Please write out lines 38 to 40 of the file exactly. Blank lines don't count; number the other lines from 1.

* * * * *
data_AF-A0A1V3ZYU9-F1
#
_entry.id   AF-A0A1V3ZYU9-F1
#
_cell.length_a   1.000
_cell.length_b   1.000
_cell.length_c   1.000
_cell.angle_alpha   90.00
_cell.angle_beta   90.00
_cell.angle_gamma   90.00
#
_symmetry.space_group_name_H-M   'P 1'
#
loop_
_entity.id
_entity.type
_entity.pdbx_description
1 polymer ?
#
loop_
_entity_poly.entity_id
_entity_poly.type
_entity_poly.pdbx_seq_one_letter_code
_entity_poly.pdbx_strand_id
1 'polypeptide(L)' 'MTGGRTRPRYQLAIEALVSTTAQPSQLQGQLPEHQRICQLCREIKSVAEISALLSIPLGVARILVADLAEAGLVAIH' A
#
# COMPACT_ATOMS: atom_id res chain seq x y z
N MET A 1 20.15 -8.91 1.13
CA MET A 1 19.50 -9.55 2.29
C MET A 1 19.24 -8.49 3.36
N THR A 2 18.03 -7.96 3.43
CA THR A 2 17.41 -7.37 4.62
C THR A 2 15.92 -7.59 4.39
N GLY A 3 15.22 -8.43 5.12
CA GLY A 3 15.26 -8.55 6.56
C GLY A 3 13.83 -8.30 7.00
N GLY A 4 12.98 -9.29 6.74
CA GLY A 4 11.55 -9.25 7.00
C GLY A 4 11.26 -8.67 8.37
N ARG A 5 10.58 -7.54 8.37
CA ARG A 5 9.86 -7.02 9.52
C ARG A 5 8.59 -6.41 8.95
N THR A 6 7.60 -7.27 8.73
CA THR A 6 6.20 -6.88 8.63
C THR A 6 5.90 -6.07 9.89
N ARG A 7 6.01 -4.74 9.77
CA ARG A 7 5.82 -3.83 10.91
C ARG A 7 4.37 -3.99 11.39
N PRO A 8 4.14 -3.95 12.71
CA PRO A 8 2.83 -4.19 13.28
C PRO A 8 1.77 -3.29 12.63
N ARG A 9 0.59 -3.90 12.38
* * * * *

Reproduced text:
CA GLY A 4 11.55 -9.25 7.00
C GLY A 4 11.26 -8.67 8.37
N ARG A 5 10.58 -7.54 8.37